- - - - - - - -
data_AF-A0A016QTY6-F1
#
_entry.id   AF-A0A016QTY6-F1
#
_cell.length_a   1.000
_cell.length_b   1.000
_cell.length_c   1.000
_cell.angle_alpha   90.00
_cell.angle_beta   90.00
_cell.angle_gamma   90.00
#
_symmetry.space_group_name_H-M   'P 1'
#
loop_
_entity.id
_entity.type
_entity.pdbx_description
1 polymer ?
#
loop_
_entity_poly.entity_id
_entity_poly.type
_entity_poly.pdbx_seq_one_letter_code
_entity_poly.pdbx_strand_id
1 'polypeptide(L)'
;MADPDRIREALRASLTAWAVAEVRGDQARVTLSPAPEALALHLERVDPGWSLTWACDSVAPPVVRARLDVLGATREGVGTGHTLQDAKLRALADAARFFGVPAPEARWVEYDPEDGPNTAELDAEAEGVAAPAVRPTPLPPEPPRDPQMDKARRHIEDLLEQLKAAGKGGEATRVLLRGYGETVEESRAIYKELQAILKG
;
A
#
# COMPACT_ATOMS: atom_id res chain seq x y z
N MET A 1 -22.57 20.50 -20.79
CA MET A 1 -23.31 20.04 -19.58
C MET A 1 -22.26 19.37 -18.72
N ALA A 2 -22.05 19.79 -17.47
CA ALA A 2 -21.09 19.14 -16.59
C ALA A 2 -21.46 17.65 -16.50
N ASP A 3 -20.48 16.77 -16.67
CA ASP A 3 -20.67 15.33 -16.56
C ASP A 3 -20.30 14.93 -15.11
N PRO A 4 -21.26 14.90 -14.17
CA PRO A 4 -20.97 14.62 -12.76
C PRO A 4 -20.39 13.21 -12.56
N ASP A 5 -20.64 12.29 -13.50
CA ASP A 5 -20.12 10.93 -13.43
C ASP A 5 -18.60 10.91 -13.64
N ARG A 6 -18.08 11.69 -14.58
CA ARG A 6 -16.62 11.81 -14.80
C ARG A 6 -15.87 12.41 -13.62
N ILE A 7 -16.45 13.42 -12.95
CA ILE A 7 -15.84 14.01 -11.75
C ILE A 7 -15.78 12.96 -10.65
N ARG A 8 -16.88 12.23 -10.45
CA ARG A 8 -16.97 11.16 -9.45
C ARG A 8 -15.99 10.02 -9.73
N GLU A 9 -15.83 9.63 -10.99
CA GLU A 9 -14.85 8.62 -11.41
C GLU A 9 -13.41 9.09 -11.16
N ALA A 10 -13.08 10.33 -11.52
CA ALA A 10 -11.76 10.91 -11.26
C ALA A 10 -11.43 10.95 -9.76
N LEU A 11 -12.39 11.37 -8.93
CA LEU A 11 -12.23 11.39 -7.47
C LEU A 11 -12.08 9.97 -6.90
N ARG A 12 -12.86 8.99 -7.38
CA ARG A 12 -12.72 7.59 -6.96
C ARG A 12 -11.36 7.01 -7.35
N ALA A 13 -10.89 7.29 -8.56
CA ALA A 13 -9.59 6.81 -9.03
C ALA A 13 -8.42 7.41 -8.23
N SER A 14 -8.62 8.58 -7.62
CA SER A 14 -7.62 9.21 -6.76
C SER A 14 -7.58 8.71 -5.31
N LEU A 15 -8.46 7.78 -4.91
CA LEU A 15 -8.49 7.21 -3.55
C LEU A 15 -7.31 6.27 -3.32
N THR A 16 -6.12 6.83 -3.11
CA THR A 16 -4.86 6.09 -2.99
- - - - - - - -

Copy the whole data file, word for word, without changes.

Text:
data_AF-A0A016QTY6-F1
#
_entry.id   AF-A0A016QTY6-F1
#
_cell.length_a   1.000
_cell.length_b   1.000
_cell.length_c   1.000
_cell.angle_alpha   90.00
_cell.angle_beta   90.00
_cell.angle_gamma   90.00
#
_symmetry.space_group_name_H-M   'P 1'
#
loop_
_entity.id
_entity.type
_entity.pdbx_description
1 polymer ?
#
loop_
_entity_poly.entity_id
_entity_poly.type
_entity_poly.pdbx_seq_one_letter_code
_entity_poly.pdbx_strand_id
1 'polypeptide(L)'
;MADPDRIREALRASLTAWAVAEVRGDQARVTLSPAPEALALHLERVDPGWSLTWACDSVAPPVVRARLDVLGATREGVGTGHTLQDAKLRALADAARFFGVPAPEARWVEYDPEDGPNTAELDAEAEGVAAPAVRPTPLPPEPPRDPQMDKARRHIEDLLEQLKAAGKGGEATRVLLRGYGETVEESRAIYKELQAILKG
;
A
#
# COMPACT_ATOMS: atom_id res chain seq x y z
N MET A 1 -22.57 20.50 -20.79
CA MET A 1 -23.31 20.04 -19.58
C MET A 1 -22.26 19.37 -18.72
N ALA A 2 -22.05 19.79 -17.47
CA ALA A 2 -21.09 19.14 -16.59
C ALA A 2 -21.46 17.65 -16.50
N ASP A 3 -20.48 16.77 -16.67
CA ASP A 3 -20.67 15.33 -16.56
C ASP A 3 -20.30 14.93 -15.11
N PRO A 4 -21.26 14.90 -14.17
CA PRO A 4 -20.97 14.62 -12.76
C PRO A 4 -20.39 13.21 -12.56
N ASP A 5 -20.64 12.29 -13.50
CA ASP A 5 -20.12 10.93 -13.43
C ASP A 5 -18.60 10.91 -13.64
N ARG A 6 -18.08 11.69 -14.58
CA ARG A 6 -16.62 11.81 -14.80
C ARG A 6 -15.87 12.41 -13.62
N ILE A 7 -16.45 13.42 -12.95
CA ILE A 7 -15.84 14.01 -11.75
C ILE A 7 -15.78 12.96 -10.65
N ARG A 8 -16.88 12.23 -10.45
CA ARG A 8 -16.97 11.16 -9.45
C ARG A 8 -15.99 10.02 -9.73
N GLU A 9 -15.83 9.63 -10.99
CA GLU A 9 -14.85 8.62 -11.41
C GLU A 9 -13.41 9.09 -11.16
N ALA A 10 -13.08 10.33 -11.52
CA ALA A 10 -11.76 10.91 -11.26
C ALA A 10 -11.43 10.95 -9.76
N LEU A 11 -12.39 11.37 -8.93
CA LEU A 11 -12.23 11.39 -7.47
C LEU A 11 -12.08 9.97 -6.90
N ARG A 12 -12.86 8.99 -7.38
CA ARG A 12 -12.72 7.59 -6.96
C ARG A 12 -11.36 7.01 -7.35
N ALA A 13 -10.89 7.29 -8.56
CA ALA A 13 -9.59 6.81 -9.03
C ALA A 13 -8.42 7.41 -8.23
N SER A 14 -8.62 8.58 -7.62
CA SER A 14 -7.62 9.21 -6.76
C SER A 14 -7.58 8.71 -5.31
N LEU A 15 -8.46 7.78 -4.91
CA LEU A 15 -8.49 7.21 -3.55
C LEU A 15 -7.31 6.27 -3.32
N THR A 16 -6.12 6.83 -3.11
CA THR A 16 -4.86 6.09 -2.99